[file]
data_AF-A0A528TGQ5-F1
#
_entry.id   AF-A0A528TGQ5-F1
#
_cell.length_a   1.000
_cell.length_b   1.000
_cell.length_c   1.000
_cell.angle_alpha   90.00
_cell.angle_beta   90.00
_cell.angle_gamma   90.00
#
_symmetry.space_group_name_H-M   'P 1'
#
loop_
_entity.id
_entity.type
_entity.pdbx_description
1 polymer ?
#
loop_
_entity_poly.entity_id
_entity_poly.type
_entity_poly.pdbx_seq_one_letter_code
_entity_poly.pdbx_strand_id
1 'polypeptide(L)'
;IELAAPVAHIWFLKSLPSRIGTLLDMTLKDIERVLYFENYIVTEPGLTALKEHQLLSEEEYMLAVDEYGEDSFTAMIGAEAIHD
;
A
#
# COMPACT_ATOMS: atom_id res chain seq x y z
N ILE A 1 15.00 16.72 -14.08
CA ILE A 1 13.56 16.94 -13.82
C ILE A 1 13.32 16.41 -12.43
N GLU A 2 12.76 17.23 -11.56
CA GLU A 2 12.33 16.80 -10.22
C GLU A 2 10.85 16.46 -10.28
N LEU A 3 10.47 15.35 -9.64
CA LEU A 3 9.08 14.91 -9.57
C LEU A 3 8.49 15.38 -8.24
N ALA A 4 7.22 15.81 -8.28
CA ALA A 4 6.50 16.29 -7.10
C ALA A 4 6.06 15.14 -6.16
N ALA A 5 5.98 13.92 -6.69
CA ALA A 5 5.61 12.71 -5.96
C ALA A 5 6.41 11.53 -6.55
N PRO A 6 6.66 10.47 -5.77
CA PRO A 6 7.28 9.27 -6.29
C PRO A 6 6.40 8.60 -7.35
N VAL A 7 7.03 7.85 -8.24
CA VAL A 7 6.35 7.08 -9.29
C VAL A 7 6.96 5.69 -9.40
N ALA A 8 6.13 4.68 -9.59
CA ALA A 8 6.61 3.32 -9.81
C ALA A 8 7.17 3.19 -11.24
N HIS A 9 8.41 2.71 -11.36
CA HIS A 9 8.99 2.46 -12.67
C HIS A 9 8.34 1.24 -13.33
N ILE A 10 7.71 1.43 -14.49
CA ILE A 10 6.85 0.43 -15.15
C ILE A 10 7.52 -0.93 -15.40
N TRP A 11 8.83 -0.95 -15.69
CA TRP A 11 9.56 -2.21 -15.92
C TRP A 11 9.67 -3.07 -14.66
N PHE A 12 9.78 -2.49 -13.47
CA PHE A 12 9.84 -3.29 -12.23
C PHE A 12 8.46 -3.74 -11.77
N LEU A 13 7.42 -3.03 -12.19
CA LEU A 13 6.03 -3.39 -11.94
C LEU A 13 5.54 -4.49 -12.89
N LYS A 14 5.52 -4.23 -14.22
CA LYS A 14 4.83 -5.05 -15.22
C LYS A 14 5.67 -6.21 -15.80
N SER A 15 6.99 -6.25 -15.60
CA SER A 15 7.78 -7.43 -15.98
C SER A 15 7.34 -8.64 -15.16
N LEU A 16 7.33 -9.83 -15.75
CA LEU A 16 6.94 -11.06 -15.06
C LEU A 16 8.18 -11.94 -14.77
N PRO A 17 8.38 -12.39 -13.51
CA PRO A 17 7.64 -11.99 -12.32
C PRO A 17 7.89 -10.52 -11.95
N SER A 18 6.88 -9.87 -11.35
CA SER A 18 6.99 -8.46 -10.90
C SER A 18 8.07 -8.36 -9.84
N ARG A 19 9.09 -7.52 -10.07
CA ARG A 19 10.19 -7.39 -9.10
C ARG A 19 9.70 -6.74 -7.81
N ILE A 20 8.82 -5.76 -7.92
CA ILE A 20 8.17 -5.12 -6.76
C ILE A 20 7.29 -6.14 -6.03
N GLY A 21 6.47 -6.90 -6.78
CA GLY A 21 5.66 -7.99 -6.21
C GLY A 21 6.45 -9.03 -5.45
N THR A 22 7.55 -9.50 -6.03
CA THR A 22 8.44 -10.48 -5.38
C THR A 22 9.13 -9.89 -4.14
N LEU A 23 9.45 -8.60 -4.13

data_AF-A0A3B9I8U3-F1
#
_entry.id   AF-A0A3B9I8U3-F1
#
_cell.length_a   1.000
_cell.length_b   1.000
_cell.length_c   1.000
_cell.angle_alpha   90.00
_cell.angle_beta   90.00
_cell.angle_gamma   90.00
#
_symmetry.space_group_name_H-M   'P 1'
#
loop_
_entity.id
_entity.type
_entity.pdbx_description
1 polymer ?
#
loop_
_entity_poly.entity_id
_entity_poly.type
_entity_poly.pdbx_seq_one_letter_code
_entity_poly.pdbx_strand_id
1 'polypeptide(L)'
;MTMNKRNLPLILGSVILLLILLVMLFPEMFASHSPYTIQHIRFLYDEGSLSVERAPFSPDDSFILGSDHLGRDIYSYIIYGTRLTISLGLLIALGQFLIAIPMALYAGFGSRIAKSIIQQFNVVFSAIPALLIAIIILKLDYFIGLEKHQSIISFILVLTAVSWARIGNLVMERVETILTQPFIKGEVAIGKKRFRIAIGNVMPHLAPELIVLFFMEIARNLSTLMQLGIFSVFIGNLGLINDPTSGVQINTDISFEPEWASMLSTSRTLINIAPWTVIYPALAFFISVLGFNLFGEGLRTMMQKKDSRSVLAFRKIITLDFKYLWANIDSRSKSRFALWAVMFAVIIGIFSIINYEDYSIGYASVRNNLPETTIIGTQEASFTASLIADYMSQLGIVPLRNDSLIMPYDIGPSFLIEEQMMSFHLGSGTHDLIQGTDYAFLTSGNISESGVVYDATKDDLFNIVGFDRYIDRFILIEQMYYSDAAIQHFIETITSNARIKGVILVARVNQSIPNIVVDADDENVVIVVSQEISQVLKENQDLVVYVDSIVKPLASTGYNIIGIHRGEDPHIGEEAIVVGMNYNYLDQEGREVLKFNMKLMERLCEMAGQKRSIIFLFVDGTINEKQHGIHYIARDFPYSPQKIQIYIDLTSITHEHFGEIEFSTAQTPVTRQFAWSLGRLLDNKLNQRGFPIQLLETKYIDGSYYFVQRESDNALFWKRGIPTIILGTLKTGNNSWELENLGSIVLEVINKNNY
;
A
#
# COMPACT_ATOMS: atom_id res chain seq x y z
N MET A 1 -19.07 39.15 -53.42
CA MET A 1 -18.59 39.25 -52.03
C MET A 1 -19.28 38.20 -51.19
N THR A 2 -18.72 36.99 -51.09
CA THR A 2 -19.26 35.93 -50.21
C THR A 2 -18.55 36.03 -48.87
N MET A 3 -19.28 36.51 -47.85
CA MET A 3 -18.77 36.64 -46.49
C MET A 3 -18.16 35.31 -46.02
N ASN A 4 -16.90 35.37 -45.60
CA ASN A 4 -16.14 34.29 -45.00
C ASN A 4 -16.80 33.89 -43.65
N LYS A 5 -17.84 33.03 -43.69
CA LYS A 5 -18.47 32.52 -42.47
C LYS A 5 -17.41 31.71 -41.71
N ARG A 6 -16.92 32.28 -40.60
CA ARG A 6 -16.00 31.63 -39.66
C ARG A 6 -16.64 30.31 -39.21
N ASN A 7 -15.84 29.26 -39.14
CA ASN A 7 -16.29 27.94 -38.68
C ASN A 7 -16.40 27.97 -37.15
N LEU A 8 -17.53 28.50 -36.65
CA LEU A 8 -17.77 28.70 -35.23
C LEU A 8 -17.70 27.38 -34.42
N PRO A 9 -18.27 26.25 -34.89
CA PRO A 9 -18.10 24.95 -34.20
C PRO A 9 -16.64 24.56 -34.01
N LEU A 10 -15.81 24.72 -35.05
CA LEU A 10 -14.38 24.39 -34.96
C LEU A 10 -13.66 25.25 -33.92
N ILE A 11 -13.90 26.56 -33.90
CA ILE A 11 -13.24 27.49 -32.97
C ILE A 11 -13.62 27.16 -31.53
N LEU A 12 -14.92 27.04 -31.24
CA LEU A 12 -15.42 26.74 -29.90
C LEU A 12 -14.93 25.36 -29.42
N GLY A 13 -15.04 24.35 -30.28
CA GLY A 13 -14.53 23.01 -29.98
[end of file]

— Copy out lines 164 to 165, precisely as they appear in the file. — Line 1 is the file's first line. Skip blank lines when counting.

N GLY A 13 -15.04 24.35 -30.28
CA GLY A 13 -14.53 23.01 -29.98